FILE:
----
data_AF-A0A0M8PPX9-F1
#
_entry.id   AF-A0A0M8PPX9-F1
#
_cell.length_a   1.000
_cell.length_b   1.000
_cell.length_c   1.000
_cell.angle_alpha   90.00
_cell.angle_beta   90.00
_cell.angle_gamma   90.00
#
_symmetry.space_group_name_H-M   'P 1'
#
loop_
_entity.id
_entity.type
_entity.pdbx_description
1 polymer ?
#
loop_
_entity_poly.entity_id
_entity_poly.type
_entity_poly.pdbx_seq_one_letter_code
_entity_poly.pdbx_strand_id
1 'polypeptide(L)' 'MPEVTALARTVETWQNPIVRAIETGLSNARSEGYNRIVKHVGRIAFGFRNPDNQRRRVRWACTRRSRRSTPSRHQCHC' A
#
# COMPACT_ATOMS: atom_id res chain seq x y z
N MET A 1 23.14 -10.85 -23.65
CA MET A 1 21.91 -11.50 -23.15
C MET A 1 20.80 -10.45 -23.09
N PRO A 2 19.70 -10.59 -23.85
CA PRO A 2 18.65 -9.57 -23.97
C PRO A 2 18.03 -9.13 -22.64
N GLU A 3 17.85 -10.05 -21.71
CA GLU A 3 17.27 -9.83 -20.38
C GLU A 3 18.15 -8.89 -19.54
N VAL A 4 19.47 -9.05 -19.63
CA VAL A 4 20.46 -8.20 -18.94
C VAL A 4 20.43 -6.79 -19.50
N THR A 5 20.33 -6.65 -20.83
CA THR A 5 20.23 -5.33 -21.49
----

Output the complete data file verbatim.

data_AF-A0A0M8PPX9-F1
#
_entry.id   AF-A0A0M8PPX9-F1
#
_cell.length_a   1.000
_cell.length_b   1.000
_cell.length_c   1.000
_cell.angle_alpha   90.00
_cell.angle_beta   90.00
_cell.angle_gamma   90.00
#
_symmetry.space_group_name_H-M   'P 1'
#
loop_
_entity.id
_entity.type
_entity.pdbx_description
1 polymer ?
#
loop_
_entity_poly.entity_id
_entity_poly.type
_entity_poly.pdbx_seq_one_letter_code
_entity_poly.pdbx_strand_id
1 'polypeptide(L)' 'MPEVTALARTVETWQNPIVRAIETGLSNARSEGYNRIVKHVGRIAFGFRNPDNQRRRVRWACTRRSRRSTPSRHQCHC' A
#
# COMPACT_ATOMS: atom_id res chain seq x y z
N MET A 1 23.14 -10.85 -23.65
CA MET A 1 21.91 -11.50 -23.15
C MET A 1 20.80 -10.45 -23.09
N PRO A 2 19.70 -10.59 -23.85
CA PRO A 2 18.65 -9.57 -23.97
C PRO A 2 18.03 -9.13 -22.64
N GLU A 3 17.85 -10.05 -21.71
CA GLU A 3 17.27 -9.83 -20.38
C GLU A 3 18.15 -8.89 -19.54
N VAL A 4 19.47 -9.05 -19.63
CA VAL A 4 20.46 -8.20 -18.94
C VAL A 4 20.43 -6.79 -19.50
N THR A 5 20.33 -6.65 -20.83
CA THR A 5 20.23 -5.33 -21.49